Something Better – Our Watchword
“But now hath he obtained a more excellent ministry, by how much also he is the mediator of a better covenant, which was established upon better promises Hebrews 8:6
The word better is the key word of the book of Hebrews. Indeed, it is the key word in our religion. “Something better” is the watchword of education, the law of all true living. Whatever Christ asks us to renounce, He offers in its stead something better.
“Let the child and the youth be taught that every mistake, every fault, every difficulty conquered, becomes a steppingstone to better and higher things. . . . The exchange we make in the denial of selfish desires and inclinations is an exchange of the worthless and transitory for the precious and enduring. This is not sacrifice, but infinite gain.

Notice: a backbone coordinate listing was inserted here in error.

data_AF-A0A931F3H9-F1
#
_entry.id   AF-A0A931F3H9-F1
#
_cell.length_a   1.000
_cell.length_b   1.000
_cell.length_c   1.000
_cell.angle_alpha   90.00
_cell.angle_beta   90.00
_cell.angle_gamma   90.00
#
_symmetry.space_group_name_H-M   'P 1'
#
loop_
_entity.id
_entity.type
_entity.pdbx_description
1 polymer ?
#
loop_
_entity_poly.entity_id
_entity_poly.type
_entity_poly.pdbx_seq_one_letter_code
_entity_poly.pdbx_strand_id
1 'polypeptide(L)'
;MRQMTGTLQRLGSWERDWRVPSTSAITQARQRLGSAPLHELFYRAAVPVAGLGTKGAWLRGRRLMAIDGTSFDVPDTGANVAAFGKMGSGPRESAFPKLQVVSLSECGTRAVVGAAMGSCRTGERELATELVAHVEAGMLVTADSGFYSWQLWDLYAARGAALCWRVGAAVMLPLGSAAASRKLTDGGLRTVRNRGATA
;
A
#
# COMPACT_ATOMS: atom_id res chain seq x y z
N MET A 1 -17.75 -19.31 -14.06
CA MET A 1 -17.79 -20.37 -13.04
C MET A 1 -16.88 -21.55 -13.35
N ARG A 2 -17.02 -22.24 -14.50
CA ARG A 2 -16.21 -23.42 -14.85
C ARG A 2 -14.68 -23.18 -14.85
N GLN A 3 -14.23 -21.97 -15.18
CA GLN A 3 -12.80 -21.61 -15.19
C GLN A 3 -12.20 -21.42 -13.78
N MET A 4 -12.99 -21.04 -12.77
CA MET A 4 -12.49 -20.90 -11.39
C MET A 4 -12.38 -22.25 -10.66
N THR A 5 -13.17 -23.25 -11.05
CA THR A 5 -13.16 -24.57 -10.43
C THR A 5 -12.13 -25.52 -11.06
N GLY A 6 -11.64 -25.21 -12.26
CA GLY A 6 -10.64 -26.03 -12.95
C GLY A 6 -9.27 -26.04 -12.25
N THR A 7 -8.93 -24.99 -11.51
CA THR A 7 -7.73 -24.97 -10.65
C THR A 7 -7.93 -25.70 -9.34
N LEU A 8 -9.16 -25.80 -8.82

The word better runs like a golden thread throughout this great book of Hebrews. This books tells of the better revelation which came through Jesus (Hebrews 1:1-4). It points to the “better hope” (Hebrews 4:19), and “better” testament and priesthood (verses 22, 26), the “better” covenant and the “better Promises” (Hebrews 8:6). It refers to the “better sacrifices” (Hebrews 9:23), and the “better” possessions (Hebrews 10:34). It points to the “better country” in Hebrews 11:16 and to the “better resurrection” (verse 35). And in his book Paul states frankly, “but beloved, we are persuaded better things of your, and things that accompany salvation” (Hebrews 6:9).
The “better things” God expects from His earthly children are to be seen in our lives. We are to work out in our lives what grace works in. The work is from within outward. The scriptural order is clear – spirit, soul, body. The Shekinah of His divine presence shines in the Holy of Holies, and then pours over into the holy place, and so into the outer courts, until the very curtains are irradiated with its light
“O love that wilt not let me go, I rest my weary soul in Thee: I give Thee back the life I owe, That in Thine ocean depths its flow May richer, fuller be.” George Matheson, 1882